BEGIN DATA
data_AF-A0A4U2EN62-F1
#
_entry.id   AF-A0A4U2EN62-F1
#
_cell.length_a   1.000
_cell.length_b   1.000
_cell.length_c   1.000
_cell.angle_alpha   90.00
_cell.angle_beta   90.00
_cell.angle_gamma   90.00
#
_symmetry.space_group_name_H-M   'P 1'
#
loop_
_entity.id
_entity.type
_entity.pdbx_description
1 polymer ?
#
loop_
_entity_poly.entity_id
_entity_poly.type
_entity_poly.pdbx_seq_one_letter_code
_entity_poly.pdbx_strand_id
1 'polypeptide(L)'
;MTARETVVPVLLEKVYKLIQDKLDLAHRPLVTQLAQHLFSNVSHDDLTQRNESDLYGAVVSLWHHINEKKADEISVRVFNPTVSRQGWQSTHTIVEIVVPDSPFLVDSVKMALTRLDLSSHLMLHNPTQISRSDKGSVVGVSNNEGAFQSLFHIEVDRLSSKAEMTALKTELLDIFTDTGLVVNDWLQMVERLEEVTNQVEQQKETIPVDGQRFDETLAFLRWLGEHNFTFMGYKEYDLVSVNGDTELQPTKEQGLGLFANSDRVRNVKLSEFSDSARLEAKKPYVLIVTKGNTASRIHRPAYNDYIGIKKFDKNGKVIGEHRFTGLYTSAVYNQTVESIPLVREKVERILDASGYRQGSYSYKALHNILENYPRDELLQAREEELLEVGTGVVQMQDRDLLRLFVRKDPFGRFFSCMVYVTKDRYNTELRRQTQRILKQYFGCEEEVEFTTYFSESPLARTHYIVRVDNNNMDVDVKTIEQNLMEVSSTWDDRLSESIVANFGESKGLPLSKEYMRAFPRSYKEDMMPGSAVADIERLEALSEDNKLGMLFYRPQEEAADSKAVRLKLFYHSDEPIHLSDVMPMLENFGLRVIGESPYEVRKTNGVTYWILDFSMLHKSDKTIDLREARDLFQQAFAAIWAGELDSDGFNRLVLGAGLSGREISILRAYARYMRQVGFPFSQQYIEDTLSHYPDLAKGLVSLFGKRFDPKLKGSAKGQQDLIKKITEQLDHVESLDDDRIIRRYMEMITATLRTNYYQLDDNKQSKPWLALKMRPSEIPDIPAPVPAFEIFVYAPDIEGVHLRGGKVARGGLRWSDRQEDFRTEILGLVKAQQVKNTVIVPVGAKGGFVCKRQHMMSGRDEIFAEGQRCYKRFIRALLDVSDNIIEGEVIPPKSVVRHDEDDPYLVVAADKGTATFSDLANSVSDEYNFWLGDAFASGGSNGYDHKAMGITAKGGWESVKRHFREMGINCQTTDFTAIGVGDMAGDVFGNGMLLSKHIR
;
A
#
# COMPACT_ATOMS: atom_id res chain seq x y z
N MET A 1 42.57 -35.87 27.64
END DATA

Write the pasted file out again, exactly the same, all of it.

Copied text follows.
data_AF-A0A4U2EN62-F1
#
_entry.id   AF-A0A4U2EN62-F1
#
_cell.length_a   1.000
_cell.length_b   1.000
_cell.length_c   1.000
_cell.angle_alpha   90.00
_cell.angle_beta   90.00
_cell.angle_gamma   90.00
#
_symmetry.space_group_name_H-M   'P 1'
#
loop_
_entity.id
_entity.type
_entity.pdbx_description
1 polymer ?
#
loop_
_entity_poly.entity_id
_entity_poly.type
_entity_poly.pdbx_seq_one_letter_code
_entity_poly.pdbx_strand_id
1 'polypeptide(L)'
;MTARETVVPVLLEKVYKLIQDKLDLAHRPLVTQLAQHLFSNVSHDDLTQRNESDLYGAVVSLWHHINEKKADEISVRVFNPTVSRQGWQSTHTIVEIVVPDSPFLVDSVKMALTRLDLSSHLMLHNPTQISRSDKGSVVGVSNNEGAFQSLFHIEVDRLSSKAEMTALKTELLDIFTDTGLVVNDWLQMVERLEEVTNQVEQQKETIPVDGQRFDETLAFLRWLGEHNFTFMGYKEYDLVSVNGDTELQPTKEQGLGLFANSDRVRNVKLSEFSDSARLEAKKPYVLIVTKGNTASRIHRPAYNDYIGIKKFDKNGKVIGEHRFTGLYTSAVYNQTVESIPLVREKVERILDASGYRQGSYSYKALHNILENYPRDELLQAREEELLEVGTGVVQMQDRDLLRLFVRKDPFGRFFSCMVYVTKDRYNTELRRQTQRILKQYFGCEEEVEFTTYFSESPLARTHYIVRVDNNNMDVDVKTIEQNLMEVSSTWDDRLSESIVANFGESKGLPLSKEYMRAFPRSYKEDMMPGSAVADIERLEALSEDNKLGMLFYRPQEEAADSKAVRLKLFYHSDEPIHLSDVMPMLENFGLRVIGESPYEVRKTNGVTYWILDFSMLHKSDKTIDLREARDLFQQAFAAIWAGELDSDGFNRLVLGAGLSGREISILRAYARYMRQVGFPFSQQYIEDTLSHYPDLAKGLVSLFGKRFDPKLKGSAKGQQDLIKKITEQLDHVESLDDDRIIRRYMEMITATLRTNYYQLDDNKQSKPWLALKMRPSEIPDIPAPVPAFEIFVYAPDIEGVHLRGGKVARGGLRWSDRQEDFRTEILGLVKAQQVKNTVIVPVGAKGGFVCKRQHMMSGRDEIFAEGQRCYKRFIRALLDVSDNIIEGEVIPPKSVVRHDEDDPYLVVAADKGTATFSDLANSVSDEYNFWLGDAFASGGSNGYDHKAMGITAKGGWESVKRHFREMGINCQTTDFTAIGVGDMAGDVFGNGMLLSKHIR
;
A
#
# COMPACT_ATOMS: atom_id res chain seq x y z
N MET A 1 42.57 -35.87 27.64